Fighting against being stereotyped.

Nichole Wesson,
Long Beach, CA.

I grew up what I believed to be middle-class in Dallas. I attended private, Catholic schools from kindergarten through 12-grade high school graduation. My high school class was 1/3 African-American, 1/3 white, 1/3 Mexican/Hispanic/Latino. I have done well in my career and recently returned to school to get my B.A. degree.

Nevertheless, I am stereotyped. Because I am African-American I must be (fill in the blank). As an African-American I should know (fill in the blank). Or, because I am African-American it is OK to discriminate against me.

As an African-American I feel I have to be prepared to fight against or be prepared for discriminatory treatment. I think about what to do if a police officer stops me. I remember being discriminated against trying to get an apartment in the Bay Area. I know what it is like to be disregarded and dismissed as I wait for service in a restaurant. I have experienced someone following me around a department store because they thought I would still something when all I wanted was to buy a handbag.

I, like so many other African-Americans, can see myself as the victim in the many incidents that have been so prevalent of late. I understand the importance of the Black Lives Matter movement in response to the killing by police officers of unarmed African-American men and women. I have witnessed the increase of prejudice and discrimination against all minority groups. I read the racist comments in social media and online media sites, some from people I thought I knew because I worked with them. I can’t help thinking about the vicious murders of African-Americans attending a prayer meeting at a church in South Carolina because of the murderer’s racist beliefs when I go to church.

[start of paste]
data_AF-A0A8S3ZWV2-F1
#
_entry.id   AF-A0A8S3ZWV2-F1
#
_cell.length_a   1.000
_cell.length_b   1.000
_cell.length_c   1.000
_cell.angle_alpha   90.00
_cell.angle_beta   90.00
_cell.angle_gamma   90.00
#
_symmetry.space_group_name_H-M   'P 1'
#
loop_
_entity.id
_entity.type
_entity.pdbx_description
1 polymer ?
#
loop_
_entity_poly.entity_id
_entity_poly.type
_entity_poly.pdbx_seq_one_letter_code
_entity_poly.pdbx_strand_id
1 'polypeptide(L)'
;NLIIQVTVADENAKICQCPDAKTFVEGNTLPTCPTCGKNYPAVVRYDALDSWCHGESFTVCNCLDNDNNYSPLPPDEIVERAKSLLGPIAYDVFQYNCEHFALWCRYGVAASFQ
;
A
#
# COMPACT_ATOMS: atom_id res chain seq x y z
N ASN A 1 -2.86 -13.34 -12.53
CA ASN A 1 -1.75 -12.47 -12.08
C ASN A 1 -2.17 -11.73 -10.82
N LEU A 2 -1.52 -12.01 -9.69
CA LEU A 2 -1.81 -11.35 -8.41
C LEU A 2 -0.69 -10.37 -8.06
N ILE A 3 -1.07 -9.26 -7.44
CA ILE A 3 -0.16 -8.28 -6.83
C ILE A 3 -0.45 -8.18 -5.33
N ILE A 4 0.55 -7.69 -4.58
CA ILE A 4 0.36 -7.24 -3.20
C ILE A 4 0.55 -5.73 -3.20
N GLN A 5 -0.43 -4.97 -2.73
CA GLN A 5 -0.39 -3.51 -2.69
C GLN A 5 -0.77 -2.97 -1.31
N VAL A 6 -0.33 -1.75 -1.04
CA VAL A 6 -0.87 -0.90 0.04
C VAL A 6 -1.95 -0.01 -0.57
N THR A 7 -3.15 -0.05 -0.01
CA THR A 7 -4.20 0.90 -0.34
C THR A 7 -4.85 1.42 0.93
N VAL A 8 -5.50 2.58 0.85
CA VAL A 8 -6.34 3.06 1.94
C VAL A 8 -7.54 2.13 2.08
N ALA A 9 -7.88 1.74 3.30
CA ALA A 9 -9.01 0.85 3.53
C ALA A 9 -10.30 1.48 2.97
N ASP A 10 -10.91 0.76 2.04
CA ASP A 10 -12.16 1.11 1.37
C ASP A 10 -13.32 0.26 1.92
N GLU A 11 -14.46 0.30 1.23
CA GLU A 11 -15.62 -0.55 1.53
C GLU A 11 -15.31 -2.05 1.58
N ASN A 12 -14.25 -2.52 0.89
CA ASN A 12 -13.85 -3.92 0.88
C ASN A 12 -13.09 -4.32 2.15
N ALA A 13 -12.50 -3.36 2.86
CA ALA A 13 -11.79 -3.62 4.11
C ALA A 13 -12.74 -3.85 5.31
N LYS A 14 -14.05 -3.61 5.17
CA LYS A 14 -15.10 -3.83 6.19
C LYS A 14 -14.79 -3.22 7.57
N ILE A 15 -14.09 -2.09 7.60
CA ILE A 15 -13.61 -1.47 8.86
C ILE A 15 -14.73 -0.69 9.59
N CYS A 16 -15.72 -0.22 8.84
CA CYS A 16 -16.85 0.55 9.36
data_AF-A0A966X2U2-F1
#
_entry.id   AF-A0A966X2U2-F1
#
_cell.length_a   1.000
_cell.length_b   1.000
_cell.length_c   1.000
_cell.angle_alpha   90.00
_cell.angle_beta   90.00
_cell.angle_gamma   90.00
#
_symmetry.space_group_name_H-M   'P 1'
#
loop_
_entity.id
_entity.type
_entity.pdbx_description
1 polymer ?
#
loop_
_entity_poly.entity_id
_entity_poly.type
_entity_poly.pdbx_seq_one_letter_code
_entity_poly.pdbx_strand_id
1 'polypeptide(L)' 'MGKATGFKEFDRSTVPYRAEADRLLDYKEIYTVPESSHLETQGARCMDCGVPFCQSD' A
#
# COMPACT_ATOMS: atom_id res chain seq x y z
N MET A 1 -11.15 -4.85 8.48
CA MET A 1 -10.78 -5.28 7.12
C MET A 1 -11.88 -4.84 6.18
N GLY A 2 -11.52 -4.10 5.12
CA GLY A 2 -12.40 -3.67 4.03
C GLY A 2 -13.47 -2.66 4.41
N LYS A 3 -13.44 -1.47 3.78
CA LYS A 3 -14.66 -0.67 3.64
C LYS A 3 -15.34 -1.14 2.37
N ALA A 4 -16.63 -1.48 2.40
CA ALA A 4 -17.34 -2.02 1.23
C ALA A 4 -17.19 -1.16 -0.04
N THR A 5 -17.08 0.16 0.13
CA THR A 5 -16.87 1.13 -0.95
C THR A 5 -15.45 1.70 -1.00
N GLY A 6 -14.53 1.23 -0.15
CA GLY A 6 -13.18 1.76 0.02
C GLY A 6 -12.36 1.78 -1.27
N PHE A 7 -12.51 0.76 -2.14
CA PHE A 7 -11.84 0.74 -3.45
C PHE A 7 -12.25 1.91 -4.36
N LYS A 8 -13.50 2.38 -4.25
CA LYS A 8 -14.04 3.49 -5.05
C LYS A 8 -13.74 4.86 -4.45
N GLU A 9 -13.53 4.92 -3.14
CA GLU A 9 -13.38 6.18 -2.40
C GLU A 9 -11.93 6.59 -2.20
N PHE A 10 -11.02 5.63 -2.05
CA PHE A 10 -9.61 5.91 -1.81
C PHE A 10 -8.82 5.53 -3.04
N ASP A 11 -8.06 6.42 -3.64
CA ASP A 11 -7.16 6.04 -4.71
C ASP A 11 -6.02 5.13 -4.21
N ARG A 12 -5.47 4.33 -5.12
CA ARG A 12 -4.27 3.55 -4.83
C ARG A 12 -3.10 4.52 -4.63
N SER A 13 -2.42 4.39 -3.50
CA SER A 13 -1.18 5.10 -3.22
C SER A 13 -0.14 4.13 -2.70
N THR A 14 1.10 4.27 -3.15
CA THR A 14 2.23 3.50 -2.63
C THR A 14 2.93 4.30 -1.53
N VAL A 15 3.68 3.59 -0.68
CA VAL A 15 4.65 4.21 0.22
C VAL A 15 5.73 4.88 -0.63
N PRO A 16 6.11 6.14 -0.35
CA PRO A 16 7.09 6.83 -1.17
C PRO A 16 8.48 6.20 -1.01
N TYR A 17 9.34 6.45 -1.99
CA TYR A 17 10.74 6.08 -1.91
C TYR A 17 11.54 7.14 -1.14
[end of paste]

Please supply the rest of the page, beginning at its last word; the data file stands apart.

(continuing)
I feel a responsibility to represent my cultural group at church to a population that may not see African-Americans in a positive light. I believe many have limited exposure to African-Americans probably only at work but never get to know African-Americans on a personal level especially seeing the demographic of African-Americans in Orange County is less than 2% (according to Census Reporter). I feel a responsibility to help change the narrative. I feel it is important to teach people why these issues and how these issues affect us. Plus, these issues affecting African-Americans are not one people groups’ issues. They affect our society and communities.


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